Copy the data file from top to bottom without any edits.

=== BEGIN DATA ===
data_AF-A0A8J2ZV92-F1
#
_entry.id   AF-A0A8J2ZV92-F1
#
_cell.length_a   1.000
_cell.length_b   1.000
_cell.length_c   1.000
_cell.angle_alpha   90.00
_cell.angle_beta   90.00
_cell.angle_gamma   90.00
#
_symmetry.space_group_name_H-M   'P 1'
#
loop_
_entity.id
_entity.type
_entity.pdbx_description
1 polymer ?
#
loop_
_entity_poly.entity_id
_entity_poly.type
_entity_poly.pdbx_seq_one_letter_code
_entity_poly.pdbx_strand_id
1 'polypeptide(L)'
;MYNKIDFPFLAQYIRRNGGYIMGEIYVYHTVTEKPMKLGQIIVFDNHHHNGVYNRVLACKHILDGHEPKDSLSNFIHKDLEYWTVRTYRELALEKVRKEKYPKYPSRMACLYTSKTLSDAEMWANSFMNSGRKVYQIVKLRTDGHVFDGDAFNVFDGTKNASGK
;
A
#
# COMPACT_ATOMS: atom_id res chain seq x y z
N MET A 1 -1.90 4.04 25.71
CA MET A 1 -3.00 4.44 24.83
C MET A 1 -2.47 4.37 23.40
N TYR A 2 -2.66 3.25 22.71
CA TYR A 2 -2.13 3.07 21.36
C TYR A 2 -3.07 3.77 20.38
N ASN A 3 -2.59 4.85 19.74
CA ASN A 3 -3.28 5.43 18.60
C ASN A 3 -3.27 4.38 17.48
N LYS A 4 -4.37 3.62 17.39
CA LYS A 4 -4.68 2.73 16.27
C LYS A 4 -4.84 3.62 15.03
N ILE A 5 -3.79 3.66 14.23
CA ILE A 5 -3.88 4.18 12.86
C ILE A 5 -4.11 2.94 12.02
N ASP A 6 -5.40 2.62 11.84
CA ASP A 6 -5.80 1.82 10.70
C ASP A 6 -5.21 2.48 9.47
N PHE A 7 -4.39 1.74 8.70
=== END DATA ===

data_AF-A0A8J2ZV92-F1
#
_entry.id   AF-A0A8J2ZV92-F1
#
_cell.length_a   1.000
_cell.length_b   1.000
_cell.length_c   1.000
_cell.angle_alpha   90.00
_cell.angle_beta   90.00
_cell.angle_gamma   90.00
#
_symmetry.space_group_name_H-M   'P 1'
#
loop_
_entity.id
_entity.type
_entity.pdbx_description
1 polymer ?
#
loop_
_entity_poly.entity_id
_entity_poly.type
_entity_poly.pdbx_seq_one_letter_code
_entity_poly.pdbx_strand_id
1 'polypeptide(L)'
;MYNKIDFPFLAQYIRRNGGYIMGEIYVYHTVTEKPMKLGQIIVFDNHHHNGVYNRVLACKHILDGHEPKDSLSNFIHKDLEYWTVRTYRELALEKVRKEKYPKYPSRMACLYTSKTLSDAEMWANSFMNSGRKVYQIVKLRTDGHVFDGDAFNVFDGTKNASGK
;
A
#
# COMPACT_ATOMS: atom_id res chain seq x y z
N MET A 1 -1.90 4.04 25.71
CA MET A 1 -3.00 4.44 24.83
C MET A 1 -2.47 4.37 23.40
N TYR A 2 -2.66 3.25 22.71
CA TYR A 2 -2.13 3.07 21.36
C TYR A 2 -3.07 3.77 20.38
N ASN A 3 -2.59 4.85 19.74
CA ASN A 3 -3.28 5.43 18.60
C ASN A 3 -3.27 4.38 17.48
N LYS A 4 -4.37 3.62 17.39
CA LYS A 4 -4.68 2.73 16.27
C LYS A 4 -4.84 3.62 15.03
N ILE A 5 -3.79 3.66 14.23
CA ILE A 5 -3.88 4.18 12.86
C ILE A 5 -4.11 2.94 12.02
N ASP A 6 -5.40 2.62 11.84
CA ASP A 6 -5.80 1.82 10.70
C ASP A 6 -5.21 2.48 9.47
N PHE A 7 -4.39 1.74 8.70